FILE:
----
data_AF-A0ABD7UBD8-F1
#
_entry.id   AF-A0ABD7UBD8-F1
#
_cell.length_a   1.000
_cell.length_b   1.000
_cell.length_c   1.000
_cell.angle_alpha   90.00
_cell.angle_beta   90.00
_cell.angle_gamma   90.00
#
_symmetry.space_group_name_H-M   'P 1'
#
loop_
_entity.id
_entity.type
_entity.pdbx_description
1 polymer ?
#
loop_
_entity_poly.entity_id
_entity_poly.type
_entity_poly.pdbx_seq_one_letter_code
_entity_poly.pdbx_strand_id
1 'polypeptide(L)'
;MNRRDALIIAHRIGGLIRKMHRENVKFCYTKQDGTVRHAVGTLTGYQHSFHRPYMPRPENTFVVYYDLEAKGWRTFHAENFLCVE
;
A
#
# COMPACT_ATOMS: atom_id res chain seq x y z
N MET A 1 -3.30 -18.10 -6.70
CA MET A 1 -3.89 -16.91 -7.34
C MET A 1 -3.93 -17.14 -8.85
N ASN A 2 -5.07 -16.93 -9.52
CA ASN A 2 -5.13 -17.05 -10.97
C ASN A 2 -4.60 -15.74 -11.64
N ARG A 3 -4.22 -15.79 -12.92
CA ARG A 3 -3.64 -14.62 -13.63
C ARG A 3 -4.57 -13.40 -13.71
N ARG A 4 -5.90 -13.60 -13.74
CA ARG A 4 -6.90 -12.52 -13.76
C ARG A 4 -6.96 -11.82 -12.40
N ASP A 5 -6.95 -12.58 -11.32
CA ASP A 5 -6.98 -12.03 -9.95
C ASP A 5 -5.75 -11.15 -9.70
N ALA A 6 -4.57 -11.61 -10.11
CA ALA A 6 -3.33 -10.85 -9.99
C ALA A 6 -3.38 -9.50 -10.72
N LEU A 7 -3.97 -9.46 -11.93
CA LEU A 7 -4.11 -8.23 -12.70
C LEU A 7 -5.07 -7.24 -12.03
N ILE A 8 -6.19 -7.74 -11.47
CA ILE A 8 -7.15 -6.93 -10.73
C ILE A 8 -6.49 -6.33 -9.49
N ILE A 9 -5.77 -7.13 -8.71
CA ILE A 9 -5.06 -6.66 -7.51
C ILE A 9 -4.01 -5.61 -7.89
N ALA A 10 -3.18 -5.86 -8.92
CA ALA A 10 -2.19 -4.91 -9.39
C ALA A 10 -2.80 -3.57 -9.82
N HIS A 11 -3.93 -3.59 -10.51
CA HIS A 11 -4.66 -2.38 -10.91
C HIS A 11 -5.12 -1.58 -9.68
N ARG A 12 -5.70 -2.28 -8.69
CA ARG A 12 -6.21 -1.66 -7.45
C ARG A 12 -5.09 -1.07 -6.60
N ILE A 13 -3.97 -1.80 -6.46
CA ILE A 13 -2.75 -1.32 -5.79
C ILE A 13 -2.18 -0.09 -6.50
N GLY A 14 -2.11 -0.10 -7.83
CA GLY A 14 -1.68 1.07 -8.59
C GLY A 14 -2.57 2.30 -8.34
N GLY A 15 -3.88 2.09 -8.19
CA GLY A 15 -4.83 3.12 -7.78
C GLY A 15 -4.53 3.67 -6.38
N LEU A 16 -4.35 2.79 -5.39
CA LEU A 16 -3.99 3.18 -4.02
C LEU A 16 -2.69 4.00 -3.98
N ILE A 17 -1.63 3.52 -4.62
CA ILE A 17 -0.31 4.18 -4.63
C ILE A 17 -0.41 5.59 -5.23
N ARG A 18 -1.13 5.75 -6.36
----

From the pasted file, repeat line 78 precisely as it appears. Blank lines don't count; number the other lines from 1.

C LEU A 16 -2.69 4.00 -3.98